The only Bay Area sailors who haven’t heard about this weekend’s happenings must be living under a bridge. But not the Golden Gate Bridge, as San Francisco’s eyes have turned to the iconic span to celebrate its 75th anniversary. Opened on May 27, 1937, this feat of engineering took just four years to complete, and came in an astonishing $1.3 million under budget. Can you imagine that happening today?
Shoreside activities on Sunday will be held at Fort Point, Crissy Field (sorry, our model Crissy Fields is off on assignment this weekend so she won’t be attending), the Presidio, Marina Green, and on down to Pier 39. The festivities will culminate in a spectacular fireworks display at the Bridge itself from 9:30 to 10 p.m.
Of course, getting anywhere near the Bridge by land is going to be a nightmare, so this is a great opportunity to invite a gaggle of friends to join you aboard your boat for a fireworks viewing party. KFOG 104.5/97.7FM will be simulcasting a soundtrack for the show, so tune in while you’re out there — just leave the adult beverage (at least for the helmsperson) for when you return. The Coast Guard has set up a restricted zone for the fireworks, which will be in effect from 8:30 to 10:15 p.m., and they will be enforcing it. If there’s an urgent reason you must enter the restricted zone between those times, contact the Coasties on VHF 23A or at (415) 399-3547.
If you want to make a weekend of it, be sure to head out on Saturday when the USS Iowa will finally leave the Bay on her way south. Originally scheduled to depart on Monday, rough offshore conditions have kept her in port. The WWII battleship will sail beneath the Bridge sometime between 2:00 and 3:00 p.m. Just watch out for people in the water in the early morning as an invitational swim from Alcatraz to the Cityfront will be starting at 7:45 a.m.
As a reminder, Monday is Memorial Day, which means ‘Lectronic Latitude (and the whole Latitude staff) will be taking the day off. Have fun out there this weekend, but be safe!
Ever since a "stand down" order was put into effect by the U.S. Coast Guard several weeks ago, Bay Area offshore racers have been anxiously awaiting word on the status of the annual Spinnaker Cup, slated to begin today. We’re happy to report, it’s a go. First gun for the race, which runs from the Central Bay to Monterey Municipal Wharf, was at 11 a.m. today.
The announcement that the long-established race would be permitted came late yesterday, in combination with the release of preliminary findings of a special investigative panel that was formed in the aftermath of the Low Speed Chase tragedy.
As reported earlier, the panel, which was convened in cooperation with U.S. Sailing, was chaired by Sally Honey and included a brain trust of West Coast luminaries such as John Craig and Jim Corenman. The fact-finding process included input from all Full Crew Farallones racers and analysis of GPS tracks around South Farallon and Maintop Islands. The preliminary recommendations outlined yesterday include: once-a-season safety seminars; enhanced sailor training, including understanding of wave development in shoaling waters; compliance with existing Minimum Equipment Requirements, including post-race inspections; improved communications between race management and sailors and the Coast Guard; and consistency of protocol and requirements for all Bay Area offshore races.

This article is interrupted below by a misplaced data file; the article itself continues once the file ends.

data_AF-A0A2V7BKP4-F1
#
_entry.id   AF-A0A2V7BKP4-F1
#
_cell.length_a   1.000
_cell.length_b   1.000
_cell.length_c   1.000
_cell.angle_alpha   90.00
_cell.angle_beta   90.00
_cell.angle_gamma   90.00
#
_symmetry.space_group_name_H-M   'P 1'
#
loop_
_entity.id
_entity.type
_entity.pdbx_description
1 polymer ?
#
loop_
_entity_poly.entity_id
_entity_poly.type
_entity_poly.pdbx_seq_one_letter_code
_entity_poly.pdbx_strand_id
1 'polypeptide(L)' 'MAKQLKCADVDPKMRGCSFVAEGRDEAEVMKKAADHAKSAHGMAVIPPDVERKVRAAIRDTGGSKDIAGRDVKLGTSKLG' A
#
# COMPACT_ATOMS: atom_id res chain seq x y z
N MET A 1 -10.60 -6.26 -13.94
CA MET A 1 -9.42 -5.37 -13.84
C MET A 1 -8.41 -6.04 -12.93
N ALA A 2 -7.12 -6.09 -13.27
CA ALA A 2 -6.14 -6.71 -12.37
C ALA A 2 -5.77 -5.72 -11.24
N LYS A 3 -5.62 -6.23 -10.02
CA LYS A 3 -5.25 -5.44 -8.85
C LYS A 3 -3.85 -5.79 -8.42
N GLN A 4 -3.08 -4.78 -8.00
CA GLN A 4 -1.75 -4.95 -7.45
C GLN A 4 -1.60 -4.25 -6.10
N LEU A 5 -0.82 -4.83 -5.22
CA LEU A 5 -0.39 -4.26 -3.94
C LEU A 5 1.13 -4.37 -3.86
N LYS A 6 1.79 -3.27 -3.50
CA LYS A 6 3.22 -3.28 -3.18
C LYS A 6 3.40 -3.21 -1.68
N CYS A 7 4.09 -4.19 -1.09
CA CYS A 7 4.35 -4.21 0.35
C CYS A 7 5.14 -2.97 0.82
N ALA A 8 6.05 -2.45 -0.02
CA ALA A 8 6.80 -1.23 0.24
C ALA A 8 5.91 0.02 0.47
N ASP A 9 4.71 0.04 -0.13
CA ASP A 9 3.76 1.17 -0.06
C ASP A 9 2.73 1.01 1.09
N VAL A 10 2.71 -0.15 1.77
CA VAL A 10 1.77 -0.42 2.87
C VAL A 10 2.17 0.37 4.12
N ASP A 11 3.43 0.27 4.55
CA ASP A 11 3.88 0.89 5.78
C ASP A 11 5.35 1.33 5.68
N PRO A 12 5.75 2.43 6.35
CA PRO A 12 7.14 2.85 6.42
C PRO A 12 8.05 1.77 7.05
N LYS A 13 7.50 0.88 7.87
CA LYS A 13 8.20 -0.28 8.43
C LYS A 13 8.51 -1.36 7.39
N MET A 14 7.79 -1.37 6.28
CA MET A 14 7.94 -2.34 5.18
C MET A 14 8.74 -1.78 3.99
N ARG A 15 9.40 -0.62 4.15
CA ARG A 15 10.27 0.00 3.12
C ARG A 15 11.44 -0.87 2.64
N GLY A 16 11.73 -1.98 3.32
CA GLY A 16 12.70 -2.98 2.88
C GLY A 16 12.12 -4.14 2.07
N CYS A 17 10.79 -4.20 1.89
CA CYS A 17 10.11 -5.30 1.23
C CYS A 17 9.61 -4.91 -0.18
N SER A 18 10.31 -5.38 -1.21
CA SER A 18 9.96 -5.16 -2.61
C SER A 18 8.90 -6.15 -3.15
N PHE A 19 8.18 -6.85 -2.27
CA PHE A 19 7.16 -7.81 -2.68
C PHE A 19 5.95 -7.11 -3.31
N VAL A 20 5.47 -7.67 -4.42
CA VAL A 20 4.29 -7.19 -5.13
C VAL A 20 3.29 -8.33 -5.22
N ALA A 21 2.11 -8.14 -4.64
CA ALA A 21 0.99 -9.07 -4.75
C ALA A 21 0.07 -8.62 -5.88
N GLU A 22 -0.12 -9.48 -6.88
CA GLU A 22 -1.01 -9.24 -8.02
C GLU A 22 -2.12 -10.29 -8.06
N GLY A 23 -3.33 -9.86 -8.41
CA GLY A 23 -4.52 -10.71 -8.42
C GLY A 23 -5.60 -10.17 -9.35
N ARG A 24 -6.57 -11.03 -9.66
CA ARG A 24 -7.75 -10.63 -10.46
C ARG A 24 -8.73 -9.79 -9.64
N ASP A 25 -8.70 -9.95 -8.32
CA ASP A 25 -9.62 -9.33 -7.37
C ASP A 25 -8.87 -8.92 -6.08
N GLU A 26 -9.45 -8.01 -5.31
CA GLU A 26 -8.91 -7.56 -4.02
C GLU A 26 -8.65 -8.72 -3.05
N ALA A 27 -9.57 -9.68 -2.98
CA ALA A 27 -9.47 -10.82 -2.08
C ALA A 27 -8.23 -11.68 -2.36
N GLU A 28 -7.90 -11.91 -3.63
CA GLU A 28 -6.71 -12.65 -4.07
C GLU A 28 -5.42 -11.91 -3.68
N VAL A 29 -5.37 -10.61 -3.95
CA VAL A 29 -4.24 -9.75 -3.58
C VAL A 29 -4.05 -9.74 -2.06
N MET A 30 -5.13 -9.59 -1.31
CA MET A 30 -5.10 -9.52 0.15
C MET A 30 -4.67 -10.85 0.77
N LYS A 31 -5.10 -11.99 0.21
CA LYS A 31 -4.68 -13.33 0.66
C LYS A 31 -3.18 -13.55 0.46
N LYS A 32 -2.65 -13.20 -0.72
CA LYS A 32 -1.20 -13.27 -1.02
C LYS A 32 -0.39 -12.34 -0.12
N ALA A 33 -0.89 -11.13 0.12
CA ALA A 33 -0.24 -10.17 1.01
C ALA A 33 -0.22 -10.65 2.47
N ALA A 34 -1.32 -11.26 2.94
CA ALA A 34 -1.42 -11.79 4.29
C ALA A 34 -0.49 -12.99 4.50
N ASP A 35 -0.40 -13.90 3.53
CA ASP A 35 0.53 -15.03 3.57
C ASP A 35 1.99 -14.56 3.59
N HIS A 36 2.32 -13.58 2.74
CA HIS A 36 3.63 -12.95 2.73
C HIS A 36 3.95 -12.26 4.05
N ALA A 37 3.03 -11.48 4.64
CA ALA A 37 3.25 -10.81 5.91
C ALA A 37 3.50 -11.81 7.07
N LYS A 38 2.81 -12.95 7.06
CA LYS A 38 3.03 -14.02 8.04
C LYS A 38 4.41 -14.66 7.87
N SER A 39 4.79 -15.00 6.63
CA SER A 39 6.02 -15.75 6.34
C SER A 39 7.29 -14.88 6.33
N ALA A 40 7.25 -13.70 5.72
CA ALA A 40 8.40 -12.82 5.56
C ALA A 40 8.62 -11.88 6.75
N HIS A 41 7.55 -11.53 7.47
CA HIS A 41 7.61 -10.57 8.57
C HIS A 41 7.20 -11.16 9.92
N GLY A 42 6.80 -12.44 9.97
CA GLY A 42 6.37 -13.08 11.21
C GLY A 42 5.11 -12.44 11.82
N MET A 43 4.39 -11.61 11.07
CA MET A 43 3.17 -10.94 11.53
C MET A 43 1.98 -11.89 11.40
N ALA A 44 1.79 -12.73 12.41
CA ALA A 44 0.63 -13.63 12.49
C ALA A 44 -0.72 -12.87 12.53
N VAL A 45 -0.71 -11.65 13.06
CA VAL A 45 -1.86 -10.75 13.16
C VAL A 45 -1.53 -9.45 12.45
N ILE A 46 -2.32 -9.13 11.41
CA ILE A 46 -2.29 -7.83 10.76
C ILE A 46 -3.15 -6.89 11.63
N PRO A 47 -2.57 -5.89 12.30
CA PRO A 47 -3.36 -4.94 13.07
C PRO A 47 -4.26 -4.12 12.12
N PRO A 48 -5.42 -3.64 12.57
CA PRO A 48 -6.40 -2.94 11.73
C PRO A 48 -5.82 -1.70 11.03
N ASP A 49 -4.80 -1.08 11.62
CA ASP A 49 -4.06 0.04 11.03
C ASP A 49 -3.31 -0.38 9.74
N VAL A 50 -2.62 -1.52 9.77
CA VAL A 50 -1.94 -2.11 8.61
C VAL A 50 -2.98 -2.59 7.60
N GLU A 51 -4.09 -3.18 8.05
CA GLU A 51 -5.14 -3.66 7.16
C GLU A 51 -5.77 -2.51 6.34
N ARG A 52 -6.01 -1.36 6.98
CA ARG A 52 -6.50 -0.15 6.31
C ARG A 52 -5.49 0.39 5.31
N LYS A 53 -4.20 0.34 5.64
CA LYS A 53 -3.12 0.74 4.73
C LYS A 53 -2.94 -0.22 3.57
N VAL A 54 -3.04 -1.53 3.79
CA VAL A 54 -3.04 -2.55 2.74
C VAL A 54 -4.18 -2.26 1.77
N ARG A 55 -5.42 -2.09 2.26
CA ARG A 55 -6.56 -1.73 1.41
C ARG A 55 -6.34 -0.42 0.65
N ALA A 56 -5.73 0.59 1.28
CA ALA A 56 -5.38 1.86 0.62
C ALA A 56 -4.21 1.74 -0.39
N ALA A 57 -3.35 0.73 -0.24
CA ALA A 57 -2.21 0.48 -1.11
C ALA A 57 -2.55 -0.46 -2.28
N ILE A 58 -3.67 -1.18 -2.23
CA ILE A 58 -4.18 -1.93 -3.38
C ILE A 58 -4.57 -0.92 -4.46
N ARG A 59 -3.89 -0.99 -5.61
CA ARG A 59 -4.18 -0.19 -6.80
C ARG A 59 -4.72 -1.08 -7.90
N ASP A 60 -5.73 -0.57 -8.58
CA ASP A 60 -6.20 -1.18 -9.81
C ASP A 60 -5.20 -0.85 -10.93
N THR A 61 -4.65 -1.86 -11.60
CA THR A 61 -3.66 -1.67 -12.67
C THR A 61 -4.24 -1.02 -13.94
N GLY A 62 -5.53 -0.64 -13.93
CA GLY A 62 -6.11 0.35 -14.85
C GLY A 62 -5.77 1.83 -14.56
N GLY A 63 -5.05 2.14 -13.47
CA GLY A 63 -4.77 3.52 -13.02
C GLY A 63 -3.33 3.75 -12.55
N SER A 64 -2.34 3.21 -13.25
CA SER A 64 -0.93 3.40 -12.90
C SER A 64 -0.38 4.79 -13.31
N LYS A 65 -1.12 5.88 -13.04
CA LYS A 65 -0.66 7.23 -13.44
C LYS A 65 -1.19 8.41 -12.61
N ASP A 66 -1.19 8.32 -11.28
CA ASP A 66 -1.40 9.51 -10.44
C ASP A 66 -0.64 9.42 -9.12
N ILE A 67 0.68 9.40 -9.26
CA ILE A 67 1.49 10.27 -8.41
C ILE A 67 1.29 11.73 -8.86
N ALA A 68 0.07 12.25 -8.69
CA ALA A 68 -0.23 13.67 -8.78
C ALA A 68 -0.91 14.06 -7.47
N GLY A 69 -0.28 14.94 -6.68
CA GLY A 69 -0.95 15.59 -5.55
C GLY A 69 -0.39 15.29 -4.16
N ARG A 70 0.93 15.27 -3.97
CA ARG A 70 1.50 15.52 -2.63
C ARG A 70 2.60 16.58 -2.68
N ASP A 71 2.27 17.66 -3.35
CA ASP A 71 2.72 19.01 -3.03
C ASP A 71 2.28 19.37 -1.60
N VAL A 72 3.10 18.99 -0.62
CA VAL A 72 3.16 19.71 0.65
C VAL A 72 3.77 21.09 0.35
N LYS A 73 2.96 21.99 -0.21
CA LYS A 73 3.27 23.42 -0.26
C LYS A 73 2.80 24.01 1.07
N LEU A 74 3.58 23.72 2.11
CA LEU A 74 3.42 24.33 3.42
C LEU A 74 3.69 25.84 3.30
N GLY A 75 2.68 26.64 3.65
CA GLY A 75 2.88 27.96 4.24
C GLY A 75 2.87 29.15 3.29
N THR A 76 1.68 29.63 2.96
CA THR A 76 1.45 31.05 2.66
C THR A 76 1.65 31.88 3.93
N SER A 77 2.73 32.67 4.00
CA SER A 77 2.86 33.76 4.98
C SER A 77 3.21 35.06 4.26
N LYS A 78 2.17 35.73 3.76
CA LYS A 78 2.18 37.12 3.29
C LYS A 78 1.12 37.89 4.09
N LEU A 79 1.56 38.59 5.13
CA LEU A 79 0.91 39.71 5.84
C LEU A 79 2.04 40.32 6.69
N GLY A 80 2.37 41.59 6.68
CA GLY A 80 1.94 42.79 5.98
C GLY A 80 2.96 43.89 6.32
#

Additional recommendations, plus guidelines for implementing them, are expected to be laid out in the panel’s full report, due to be released sometime in June.
Captain of the Port of San Francisco Cynthia Stowe, who mandated the establishment of a review panel, while making the controversial decision to put a freeze on issuing ocean race permits, seems encouraged by the process thus far. "I am especially pleased with US Sailing’s outreach to the boating community, both by conducting interviews and by briefing the preliminary findings to the newly formed local offshore racing council. The Coast Guard appreciates the tremendous support of the offshore race organizers and sponsoring yacht clubs. It’s the coordination and support from this local community which will ensure we learn all that we can from this tragic loss.”
Though Hurricane Bud, the first of the Eastern Pacific (Mexico) region, has weakened as it nears shore, it’s still blowing at 100 knots and should make landfall tonight between Manzanillo and Banderas Bay (Puerto Vallarta). Hurricane warnings are in effect as far north as Cabo Corrientes, at the southern end of Banderas Bay, and tropical storm warnings are in effect as far north as San Blas. Bud seems to have a little more fight in him than originally forecast, but he’s expected to diminish quickly once he hits land. The owners of the many boats — including Profligate — in Banderas Bay need to take precautions in case Bud decides to change directions, as hurricanes often like to do.
By the way, with it being time to start bringing Profligate back to California, we managed to snag an Alaska Airlines flight for just $160 for Sunday. All we hav to do is make it through the throngs on the Golden Gate Bridge for the 75th anniversary celebrations, and hope that Bud, which is expected to drop 12 inches of rain, doesn’t drown Puerto Vallarta Airport.